Ada looks him up and down, then back to Carrie. “Whatever, fine. The only reason I’m not leaving this second is because you refuse to leave with me. It’s not like nothing bad never happened at a carnival, right?”
Carrie turns to Cornelius. “Sorry, sir. We’re ready.”
He closes the pocket watch with a snap and returns it to his front pocket. “Excellent! I’m delighted to hear it. As you can see, this tent doesn’t get many visitors.”
“If you opened the doors you might get more people in here,” Ada says.
“I appreciate the suggestion. I’ll lock it away for future use.”
Ada frowns and glances at the closed flaps leading outside. The sounds of screaming children and playing games and people on rides carry on outside. Carrie clings to the noise as a reminder they’re not alone. Not really. They have nothing to fear yet. She watches Cornelius with fascination as he rounds the gun on the table. It only comes up to his mid-thigh, but it’s almost as tall as Carrie and Ada’s chests. He beckons them closer into the light.
“There’s not much to this,” Cornelius says. “All this demonstration requires is belief.”
“Do we do something?” Carrie asks. “Or are you about to do something?”
Cornelius giggles. They rise up from the back of his throat like a particularly acidic burp. “I won’t do anything here. It’s all up to you, Carrie and Mary, if you decide to participate, and if you decide to believe.”
Ada shrugs. “What are we supposed to believe in? That we’re looking at a gun?”
“This requires belief that is unseen. Perhaps faith is a better word for this. What is it that is found in Hebrews? ‘Faith is the substance of things hoped for, the evidence of things not seen.’ ”
Ada rolls her eyes at the quote. Carrie, however, leans into the words. The handgun looks old to her. Her knowledge of guns is just about nonexistent, but she knows a gun when she sees it or hears it. This gun looks like it’s made entirely out of silver. Ornamental designs trace the barrel. She notices the chamber and realizes this is a revolver. That much she knows. That means there are six bullets inside, or it holds up to six bullets. If this gun isn’t real, though, what could be inside the chamber? Is it a water gun? Does it shoot bubbles?
Cornelius stands behind the gun. “Now, I said it wasn’t a real gun, and in a way that’s true. If I pulled the trigger right now, nothing would come out of it. But it does load and shoot like a regular gun. It will fire if someone is to pull the trigger.”
“Does it fire blanks?” Ada asks.
“No, it fires a bullet. Just not in the traditional sense.”
Carries shakes her head, her shoulder length hair dancing around her shoulders. “I don’t understand.”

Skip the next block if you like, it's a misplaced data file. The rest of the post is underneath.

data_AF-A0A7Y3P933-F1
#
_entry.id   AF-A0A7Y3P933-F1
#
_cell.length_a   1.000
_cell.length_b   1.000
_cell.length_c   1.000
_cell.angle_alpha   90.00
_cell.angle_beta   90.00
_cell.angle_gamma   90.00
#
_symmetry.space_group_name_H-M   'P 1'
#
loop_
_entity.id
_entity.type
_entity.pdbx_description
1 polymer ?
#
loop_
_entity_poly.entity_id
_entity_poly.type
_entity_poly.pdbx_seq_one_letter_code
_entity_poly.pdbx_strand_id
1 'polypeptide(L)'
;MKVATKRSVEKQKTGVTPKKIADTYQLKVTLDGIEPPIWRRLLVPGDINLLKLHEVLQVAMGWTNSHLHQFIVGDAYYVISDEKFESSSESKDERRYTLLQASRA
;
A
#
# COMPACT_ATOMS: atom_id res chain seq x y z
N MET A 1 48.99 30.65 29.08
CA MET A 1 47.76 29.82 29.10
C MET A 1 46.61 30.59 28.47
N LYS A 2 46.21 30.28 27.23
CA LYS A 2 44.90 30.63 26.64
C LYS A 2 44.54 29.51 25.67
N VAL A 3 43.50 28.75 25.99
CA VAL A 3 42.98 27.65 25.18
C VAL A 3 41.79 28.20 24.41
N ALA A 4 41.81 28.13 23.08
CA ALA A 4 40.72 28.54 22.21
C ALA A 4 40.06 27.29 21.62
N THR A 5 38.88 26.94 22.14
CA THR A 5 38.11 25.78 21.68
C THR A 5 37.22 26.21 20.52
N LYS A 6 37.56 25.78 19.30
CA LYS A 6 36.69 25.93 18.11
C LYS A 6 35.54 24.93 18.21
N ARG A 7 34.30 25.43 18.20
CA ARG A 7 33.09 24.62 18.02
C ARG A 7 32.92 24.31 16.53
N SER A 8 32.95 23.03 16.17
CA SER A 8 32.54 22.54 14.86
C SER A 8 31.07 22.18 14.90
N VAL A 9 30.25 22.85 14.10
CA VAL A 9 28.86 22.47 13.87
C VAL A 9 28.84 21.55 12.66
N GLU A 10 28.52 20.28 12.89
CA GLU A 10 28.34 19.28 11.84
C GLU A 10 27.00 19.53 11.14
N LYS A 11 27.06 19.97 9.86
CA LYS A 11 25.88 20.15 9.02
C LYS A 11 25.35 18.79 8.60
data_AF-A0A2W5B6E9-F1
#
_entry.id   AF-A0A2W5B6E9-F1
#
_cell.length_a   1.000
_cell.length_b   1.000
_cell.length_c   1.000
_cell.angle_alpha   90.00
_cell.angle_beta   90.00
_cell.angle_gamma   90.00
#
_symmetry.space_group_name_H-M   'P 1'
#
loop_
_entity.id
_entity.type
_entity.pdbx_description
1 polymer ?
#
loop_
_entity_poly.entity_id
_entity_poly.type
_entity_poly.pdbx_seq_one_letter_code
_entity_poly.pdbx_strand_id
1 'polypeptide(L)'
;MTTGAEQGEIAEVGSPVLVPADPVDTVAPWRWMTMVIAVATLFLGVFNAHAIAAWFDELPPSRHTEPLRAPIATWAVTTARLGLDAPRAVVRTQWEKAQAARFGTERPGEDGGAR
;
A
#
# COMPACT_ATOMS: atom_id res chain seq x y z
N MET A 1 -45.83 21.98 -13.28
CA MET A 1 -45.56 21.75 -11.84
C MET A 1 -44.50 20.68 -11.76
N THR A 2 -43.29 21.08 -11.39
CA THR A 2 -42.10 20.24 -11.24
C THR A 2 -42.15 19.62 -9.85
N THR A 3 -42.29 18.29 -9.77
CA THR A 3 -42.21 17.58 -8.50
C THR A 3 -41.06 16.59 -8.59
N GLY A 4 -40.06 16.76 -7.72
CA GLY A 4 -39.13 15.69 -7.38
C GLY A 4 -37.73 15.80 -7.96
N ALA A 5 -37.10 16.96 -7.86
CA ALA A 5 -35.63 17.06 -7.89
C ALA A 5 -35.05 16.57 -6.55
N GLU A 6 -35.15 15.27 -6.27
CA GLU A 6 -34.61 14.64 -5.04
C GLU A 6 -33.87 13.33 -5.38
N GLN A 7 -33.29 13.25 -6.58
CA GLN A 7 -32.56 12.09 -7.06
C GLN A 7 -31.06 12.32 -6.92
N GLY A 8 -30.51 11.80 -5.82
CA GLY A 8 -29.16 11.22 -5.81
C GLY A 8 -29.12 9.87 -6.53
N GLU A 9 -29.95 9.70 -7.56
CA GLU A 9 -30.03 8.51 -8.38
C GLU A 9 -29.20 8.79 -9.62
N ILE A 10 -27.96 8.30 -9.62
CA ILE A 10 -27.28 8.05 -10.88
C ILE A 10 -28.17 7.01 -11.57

Cornelius chortles to himself. “Forgive me as I get excited. Explaining this is my favorite part.” He pets the top of the gun with one index finger. “You two may not believe in magic, but something will happen if you fire this gun. In fact, something will happen to someone if this gun is fired. We just won’t know who.”
“Something will happen to someone, what?” Ada shakes her head now, her longer strawberry blonde hair wiggling in between her shoulder blades. “Just tell us what happens when you fire the gun.”
Cornelius bites back on another giggle. Carrie notices his teeth are crooked as the top row bites into his lower lip. As soon as he gets himself under control, he says, “If this gun is fired, someone in this town will die.”
“But you said it doesn’t fire bullets,” Ada argues.
“I didn’t say it wouldn’t fire a bullet somewhere else.”
Ada shakes her head again. “What the hell are you talking about? None of this makes sense.”
Cornelius giggles, unfazed by Ada’s mounting frustration.
Ada grabs Carrie’s wrist. “It’s time to go, Carrie.”
“No, Ada!” Carrie pulls her wrist out of her sister’s grasp.
Ada turns on her with her eyes wide, her true identity revealed. This only turns Cornelius’s giggles into full on laughter. He howls as he doubles over, one hand on one bony knee, the other hand holding his flat stomach.
“Carrie, he’s talking about someone in our town dying. He’s making a mean joke about us.”
“How is he making fun of us?”
“He’s making fun of our town, I don’t know. He’s laughing at us.”
“No, no, no.” Cornelius straightens up, wiping a tear from his right eye. “I assure you I am not making fun at your expense. I just can’t help the laughter when I get so excited. Please, forgive me. I’m not finished explaining how this works.”
Ada crosses her arms, unmoving. “How can you say that if someone pulls the trigger on that gun, someone in our town dies? Did you kidnap someone? Do I need to call the cops?”
“It’s not as easy to explain if you don’t believe in it’s magic,” he says. “I understand your unbelief. Just about anyone who comes into my tent is as skeptical as you are. You see, the gun works regionally, within whatever town’s limits it’s currently in.”
Ada shrugs. “Okay?”
“And someone in this town will die if the gun is fired?” Carrie asks.
Cornelius’s eyes light up. “Yes.”
Ada takes one step toward Carrie. “Why would anyone want to fire that if it’s true? That would be murder.”
“But you said yourself that you don’t believe in magic. So if you fire the gun and nothing happens, then nothing happens.”